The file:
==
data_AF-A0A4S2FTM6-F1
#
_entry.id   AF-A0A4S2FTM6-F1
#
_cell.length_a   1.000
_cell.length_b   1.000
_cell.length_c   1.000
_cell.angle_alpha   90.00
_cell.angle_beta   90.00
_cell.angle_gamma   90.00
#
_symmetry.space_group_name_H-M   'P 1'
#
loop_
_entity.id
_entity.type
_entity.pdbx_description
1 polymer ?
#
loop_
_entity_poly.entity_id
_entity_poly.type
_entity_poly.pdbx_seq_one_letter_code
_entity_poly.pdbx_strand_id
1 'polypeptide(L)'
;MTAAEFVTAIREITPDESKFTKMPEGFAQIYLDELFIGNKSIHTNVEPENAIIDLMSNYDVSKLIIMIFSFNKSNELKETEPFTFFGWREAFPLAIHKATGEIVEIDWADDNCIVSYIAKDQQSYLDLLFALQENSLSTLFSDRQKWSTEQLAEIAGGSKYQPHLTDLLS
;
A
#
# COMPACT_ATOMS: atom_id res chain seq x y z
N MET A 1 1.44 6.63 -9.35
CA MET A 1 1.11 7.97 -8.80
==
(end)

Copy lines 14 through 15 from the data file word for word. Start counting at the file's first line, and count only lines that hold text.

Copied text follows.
loop_
_entity.id